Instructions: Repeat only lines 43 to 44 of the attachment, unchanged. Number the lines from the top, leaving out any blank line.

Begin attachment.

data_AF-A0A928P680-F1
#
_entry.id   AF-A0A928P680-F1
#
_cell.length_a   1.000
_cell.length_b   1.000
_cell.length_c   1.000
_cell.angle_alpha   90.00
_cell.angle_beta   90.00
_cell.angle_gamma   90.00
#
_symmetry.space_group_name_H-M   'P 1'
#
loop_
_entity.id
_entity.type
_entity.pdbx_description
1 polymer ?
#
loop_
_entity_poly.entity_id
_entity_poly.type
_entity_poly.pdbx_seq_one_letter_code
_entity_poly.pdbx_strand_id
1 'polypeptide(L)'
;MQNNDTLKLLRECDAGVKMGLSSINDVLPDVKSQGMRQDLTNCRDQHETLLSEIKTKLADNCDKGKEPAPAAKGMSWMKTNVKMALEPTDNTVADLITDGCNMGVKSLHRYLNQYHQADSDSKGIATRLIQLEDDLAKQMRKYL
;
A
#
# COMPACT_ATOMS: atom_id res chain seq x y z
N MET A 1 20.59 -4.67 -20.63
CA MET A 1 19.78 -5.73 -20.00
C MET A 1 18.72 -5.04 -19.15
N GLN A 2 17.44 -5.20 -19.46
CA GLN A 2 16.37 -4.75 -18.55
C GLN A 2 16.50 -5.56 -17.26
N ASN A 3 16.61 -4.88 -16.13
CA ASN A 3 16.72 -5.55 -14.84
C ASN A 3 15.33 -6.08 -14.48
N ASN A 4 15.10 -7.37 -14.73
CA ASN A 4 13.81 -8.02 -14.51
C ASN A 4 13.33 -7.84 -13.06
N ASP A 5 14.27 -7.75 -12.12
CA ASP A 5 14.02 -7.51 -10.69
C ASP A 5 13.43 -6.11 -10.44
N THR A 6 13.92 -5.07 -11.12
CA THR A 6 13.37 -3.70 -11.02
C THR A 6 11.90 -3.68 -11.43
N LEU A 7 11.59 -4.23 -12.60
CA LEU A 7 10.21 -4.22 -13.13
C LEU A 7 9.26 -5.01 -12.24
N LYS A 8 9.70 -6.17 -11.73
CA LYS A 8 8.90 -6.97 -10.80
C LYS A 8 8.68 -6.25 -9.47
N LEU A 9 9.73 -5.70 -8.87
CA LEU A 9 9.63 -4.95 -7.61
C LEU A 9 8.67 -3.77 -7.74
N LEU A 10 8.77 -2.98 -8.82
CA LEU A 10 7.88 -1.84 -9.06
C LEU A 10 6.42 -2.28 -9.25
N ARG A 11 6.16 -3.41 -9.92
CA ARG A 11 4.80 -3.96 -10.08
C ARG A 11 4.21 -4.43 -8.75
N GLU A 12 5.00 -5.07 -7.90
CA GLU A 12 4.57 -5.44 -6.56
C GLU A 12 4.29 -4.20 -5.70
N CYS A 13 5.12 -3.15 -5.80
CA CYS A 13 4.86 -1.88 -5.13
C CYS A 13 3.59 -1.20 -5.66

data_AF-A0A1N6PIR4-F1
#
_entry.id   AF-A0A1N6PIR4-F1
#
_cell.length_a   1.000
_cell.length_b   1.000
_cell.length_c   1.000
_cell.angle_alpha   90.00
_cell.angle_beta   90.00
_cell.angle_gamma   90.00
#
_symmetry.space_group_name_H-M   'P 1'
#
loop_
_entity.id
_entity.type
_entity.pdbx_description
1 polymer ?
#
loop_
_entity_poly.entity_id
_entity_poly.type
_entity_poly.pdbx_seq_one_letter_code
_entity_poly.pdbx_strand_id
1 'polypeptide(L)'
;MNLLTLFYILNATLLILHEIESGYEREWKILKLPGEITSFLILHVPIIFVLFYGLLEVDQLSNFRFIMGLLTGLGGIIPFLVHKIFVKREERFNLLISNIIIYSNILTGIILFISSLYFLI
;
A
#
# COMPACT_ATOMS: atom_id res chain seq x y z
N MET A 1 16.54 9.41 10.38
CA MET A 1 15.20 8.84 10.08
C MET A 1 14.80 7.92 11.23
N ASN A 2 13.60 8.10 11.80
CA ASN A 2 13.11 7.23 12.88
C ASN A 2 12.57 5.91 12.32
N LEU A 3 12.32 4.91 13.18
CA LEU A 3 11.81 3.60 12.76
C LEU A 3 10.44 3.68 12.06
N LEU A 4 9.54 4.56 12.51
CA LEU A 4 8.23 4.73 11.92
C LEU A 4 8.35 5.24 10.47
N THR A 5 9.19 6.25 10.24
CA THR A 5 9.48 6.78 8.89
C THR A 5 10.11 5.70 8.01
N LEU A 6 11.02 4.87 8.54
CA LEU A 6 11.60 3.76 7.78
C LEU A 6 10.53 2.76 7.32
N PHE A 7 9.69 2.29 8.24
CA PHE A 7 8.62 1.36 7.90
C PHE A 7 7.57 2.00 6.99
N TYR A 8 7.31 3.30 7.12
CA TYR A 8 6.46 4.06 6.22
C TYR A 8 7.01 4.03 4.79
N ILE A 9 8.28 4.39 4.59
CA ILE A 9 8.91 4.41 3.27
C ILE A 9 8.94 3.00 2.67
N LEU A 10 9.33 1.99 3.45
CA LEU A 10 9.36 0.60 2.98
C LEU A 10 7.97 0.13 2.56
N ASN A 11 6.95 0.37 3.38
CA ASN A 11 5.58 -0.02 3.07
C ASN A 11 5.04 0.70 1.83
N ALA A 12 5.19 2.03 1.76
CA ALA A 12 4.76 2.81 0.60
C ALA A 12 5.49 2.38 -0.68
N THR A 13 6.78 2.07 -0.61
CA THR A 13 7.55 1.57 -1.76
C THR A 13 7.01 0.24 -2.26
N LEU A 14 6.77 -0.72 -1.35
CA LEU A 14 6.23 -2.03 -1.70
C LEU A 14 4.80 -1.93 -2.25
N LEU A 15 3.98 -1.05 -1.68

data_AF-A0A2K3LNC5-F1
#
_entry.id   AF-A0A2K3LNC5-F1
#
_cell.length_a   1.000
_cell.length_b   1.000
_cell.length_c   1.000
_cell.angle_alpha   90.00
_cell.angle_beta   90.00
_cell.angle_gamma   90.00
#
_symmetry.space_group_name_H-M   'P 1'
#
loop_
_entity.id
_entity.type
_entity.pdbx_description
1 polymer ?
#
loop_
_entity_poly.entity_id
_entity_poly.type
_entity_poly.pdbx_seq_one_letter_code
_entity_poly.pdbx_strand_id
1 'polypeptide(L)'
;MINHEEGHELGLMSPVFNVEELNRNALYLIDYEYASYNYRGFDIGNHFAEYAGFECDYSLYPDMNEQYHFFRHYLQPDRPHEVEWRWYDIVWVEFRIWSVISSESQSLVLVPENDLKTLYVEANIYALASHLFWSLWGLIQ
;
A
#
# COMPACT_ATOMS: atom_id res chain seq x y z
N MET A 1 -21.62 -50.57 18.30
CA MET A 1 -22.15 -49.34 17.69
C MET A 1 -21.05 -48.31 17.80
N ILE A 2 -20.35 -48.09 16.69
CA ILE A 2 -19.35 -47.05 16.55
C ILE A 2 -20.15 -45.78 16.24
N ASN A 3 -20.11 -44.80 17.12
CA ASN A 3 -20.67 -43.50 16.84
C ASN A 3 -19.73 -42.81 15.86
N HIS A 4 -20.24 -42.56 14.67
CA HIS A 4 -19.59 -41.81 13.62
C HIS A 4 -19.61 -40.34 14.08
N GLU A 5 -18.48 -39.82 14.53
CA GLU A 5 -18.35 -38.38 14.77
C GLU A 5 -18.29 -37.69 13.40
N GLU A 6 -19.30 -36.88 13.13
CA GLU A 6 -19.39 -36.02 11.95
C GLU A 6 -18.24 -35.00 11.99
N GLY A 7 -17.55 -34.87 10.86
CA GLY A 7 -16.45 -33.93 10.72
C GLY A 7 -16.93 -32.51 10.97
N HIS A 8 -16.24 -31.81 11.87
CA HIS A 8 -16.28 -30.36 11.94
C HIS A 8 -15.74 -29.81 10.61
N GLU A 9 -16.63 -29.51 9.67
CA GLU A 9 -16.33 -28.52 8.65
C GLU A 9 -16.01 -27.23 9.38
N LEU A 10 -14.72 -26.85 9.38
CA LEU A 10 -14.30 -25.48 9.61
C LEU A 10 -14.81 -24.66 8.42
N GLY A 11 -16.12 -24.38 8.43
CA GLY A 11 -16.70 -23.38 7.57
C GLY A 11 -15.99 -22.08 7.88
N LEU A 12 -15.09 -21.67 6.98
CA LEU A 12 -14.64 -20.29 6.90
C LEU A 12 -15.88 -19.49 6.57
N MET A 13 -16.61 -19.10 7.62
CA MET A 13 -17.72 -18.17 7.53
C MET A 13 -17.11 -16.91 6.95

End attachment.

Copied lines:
N ASP A 5 14.27 -7.75 -12.12
CA ASP A 5 14.02 -7.51 -10.69